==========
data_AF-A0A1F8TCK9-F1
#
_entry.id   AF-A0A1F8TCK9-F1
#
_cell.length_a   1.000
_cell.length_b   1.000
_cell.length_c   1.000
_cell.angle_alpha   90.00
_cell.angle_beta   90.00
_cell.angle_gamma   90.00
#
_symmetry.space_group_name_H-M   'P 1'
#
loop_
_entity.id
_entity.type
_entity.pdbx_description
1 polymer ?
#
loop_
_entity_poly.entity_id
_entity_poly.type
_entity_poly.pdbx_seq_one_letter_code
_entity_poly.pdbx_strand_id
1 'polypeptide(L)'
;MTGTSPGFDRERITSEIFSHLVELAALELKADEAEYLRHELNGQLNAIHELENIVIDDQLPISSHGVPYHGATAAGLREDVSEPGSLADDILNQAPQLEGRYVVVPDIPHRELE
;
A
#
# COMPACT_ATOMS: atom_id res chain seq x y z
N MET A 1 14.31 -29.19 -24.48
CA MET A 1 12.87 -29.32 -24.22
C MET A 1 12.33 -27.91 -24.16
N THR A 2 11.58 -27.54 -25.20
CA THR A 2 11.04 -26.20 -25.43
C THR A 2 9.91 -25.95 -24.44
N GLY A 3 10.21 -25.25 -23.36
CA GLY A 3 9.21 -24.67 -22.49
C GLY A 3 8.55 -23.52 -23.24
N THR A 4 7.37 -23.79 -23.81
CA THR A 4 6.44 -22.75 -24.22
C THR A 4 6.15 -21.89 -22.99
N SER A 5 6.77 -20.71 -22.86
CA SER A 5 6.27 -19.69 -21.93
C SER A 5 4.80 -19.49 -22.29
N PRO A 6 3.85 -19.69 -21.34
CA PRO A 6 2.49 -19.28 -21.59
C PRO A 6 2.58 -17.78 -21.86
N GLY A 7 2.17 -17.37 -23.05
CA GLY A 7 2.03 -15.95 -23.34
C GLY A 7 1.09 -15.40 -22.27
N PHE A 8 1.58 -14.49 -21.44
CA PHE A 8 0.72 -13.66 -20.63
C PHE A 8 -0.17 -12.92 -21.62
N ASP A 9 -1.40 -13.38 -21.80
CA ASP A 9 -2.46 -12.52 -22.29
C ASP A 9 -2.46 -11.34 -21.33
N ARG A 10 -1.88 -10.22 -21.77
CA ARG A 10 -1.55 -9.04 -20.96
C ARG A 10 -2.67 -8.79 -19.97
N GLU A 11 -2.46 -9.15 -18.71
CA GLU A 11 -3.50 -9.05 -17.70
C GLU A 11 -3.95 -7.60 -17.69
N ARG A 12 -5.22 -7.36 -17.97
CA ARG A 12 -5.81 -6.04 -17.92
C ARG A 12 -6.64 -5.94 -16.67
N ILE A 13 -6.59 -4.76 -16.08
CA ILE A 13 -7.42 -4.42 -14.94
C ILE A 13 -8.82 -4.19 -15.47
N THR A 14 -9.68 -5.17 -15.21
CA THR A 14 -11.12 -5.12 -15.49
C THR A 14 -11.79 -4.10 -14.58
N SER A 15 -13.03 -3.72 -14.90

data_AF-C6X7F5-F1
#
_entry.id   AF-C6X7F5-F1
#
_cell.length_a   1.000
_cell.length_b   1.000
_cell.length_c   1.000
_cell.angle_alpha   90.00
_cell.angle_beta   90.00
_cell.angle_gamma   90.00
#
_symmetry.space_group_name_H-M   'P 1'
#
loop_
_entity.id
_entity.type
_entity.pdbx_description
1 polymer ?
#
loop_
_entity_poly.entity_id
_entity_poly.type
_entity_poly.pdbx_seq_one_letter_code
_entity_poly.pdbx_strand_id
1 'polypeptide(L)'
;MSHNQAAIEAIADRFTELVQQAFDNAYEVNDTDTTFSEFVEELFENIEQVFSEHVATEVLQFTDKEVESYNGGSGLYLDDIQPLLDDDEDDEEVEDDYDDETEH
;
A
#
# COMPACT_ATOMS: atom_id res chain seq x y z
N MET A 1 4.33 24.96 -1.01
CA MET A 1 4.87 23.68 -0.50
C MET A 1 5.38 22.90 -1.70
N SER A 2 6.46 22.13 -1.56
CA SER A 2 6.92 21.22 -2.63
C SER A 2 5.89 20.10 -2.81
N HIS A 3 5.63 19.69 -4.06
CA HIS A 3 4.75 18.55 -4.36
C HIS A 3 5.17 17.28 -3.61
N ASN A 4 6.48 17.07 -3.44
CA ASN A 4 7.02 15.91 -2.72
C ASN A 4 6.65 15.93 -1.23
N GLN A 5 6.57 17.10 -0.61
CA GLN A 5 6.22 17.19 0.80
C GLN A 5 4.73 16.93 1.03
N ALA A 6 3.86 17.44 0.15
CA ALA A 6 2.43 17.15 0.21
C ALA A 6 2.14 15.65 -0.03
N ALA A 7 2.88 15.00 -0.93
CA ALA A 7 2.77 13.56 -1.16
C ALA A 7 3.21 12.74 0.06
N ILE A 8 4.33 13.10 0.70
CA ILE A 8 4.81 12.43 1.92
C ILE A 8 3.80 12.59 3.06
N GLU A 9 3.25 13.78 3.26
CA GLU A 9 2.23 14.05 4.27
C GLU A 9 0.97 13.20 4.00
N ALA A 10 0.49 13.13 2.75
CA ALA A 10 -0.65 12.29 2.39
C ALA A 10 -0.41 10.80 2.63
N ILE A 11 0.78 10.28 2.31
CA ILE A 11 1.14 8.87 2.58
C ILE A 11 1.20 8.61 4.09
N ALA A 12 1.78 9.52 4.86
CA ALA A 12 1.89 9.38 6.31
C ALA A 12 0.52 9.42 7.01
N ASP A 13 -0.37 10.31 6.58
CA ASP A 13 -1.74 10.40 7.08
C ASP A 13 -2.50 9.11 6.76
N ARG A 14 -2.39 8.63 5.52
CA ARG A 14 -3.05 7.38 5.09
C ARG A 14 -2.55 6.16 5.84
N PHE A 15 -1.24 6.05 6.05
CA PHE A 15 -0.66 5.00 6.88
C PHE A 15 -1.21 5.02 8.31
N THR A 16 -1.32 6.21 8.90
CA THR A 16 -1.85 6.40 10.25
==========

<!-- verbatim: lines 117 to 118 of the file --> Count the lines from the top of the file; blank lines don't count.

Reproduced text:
CA GLN A 5 6.22 17.19 0.80
C GLN A 5 4.73 16.93 1.03